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Paris and the politicization of climate

The president has made a promise to the US coal industry: "It's coming back; you better believe it's coming back!"

Coal is not coming back. His decision to leave the Paris Climate Accord won't change that. And while climate change will continue to be a problem despite the Accord, rather than being a part of something that starts to push the needle in the right direction, rather than participate in a plan that was basically written around US involvement, the president has chosen an easy domestic political victory. His action was designed to pander to people in his base, who simply want to thumb their noses at the "elites" whenever possible and at any cost.

There are costs for inaction on climate change, and they aren't just for environmentalists. Everyone will suffer. Everyone will suffer from sea-level rise, ocean acidification, plant and animal extinction, and rising temperatures.

Your kids will suffer from volatile weather patterns, sickening air quality, global crop failures and famine, droughts, and floods. But at least they'll have coal to shovel and burn.

Why is this even a political issue? There are fewer than 70,000 jobs in the coal industry, compared to more than 340,000 jobs in wind and solar. Renewables represent the fastest growing energy sector, and the president's assertion that leaving the agreement is good for the economy is false. During Obama's tenure, US carbon emissions decreased while the economy strengthened, and both GDP and employment increased.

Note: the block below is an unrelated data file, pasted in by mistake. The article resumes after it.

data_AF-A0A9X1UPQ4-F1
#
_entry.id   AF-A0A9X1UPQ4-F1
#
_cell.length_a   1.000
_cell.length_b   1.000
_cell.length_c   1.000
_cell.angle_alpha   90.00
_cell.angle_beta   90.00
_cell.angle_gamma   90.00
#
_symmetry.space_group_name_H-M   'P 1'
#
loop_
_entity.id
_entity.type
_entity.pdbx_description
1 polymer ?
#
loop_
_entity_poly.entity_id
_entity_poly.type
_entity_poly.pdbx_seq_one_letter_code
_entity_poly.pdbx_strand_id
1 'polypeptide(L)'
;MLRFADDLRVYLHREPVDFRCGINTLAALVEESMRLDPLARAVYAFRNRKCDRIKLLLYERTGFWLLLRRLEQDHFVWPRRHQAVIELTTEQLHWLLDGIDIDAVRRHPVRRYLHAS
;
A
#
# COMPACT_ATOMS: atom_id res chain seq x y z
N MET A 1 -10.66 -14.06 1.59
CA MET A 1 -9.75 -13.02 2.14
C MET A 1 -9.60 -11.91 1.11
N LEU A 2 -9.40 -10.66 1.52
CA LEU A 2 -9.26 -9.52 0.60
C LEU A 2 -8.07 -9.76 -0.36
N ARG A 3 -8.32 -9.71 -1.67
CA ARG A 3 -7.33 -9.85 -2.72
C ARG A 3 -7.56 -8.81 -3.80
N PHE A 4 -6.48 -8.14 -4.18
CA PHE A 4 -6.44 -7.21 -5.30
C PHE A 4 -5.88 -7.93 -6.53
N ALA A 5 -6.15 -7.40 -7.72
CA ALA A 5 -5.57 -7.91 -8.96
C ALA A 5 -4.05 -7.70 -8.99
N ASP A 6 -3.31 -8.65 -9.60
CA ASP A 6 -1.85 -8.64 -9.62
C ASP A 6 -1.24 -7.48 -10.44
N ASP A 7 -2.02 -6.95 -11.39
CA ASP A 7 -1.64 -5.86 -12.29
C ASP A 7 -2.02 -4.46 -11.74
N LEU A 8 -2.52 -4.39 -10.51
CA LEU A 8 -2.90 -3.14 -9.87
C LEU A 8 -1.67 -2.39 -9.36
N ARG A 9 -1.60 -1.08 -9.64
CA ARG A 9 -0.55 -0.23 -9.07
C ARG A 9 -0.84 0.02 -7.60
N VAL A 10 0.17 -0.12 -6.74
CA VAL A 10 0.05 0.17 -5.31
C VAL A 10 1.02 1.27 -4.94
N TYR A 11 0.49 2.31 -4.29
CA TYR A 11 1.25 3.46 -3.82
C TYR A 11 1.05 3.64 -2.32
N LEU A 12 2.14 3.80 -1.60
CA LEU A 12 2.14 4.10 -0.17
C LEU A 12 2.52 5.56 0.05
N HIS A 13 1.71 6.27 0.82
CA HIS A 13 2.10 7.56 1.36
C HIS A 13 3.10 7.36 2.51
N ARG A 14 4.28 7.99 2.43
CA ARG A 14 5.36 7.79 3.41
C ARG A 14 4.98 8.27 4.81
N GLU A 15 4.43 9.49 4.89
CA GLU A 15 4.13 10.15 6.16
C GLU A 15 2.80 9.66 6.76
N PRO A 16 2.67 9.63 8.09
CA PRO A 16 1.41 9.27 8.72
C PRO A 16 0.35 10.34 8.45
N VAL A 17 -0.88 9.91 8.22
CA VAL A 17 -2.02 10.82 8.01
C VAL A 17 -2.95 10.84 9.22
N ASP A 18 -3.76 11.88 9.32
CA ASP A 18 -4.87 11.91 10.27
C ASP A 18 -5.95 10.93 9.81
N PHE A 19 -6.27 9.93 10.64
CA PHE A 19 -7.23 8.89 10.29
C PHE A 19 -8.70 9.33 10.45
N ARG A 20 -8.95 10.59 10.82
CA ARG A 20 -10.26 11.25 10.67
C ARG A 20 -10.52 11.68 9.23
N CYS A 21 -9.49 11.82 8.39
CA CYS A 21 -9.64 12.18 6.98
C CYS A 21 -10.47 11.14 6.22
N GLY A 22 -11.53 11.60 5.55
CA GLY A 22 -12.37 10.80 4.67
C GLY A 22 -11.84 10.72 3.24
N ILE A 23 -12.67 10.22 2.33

During the last presidential and vice presidential debates, not a single question was raised on the topic of climate change. Not from the perspective of environmentalism, when the air and water are becoming toxic around us. Not from the perspective of the economy, when the US has the opportunity to be a leader and innovator in the Green technology boom. And not from the perspective of national security, when we witness sea levels starting to threaten coastal habitation and populations of people being displaced.

If we really can't even escape the politicization of the obvious and observable, then perhaps Trump's decision to leave the Paris Climate Accord will finally put sustainability on the ticket in 2020.


Social Security still threatened

A very important recent news item, which did not appear in very many US newspapers, is that President Trump's budget director, Mick Mulvaney, tried to convince Trump to include big cuts to Social Security retirement benefits into his proposed 2018 budget.

Fortunately for millions and millions of us seniors, Trump said "no."

We should all be concerned about this, and we need to make all Americans aware of this danger. Mulvaney is well known for having said that he believes that Social Security is a "Ponzi scheme," that it is "unconstitutional," and that it should be abolished.

There are many other "conservatives" in 2017 America who oppose Social Security. These people will not stop trying to cut our benefits.

I am not a big fan of Trump, but I do appreciate him for standing firm (thus far) on this vital issue.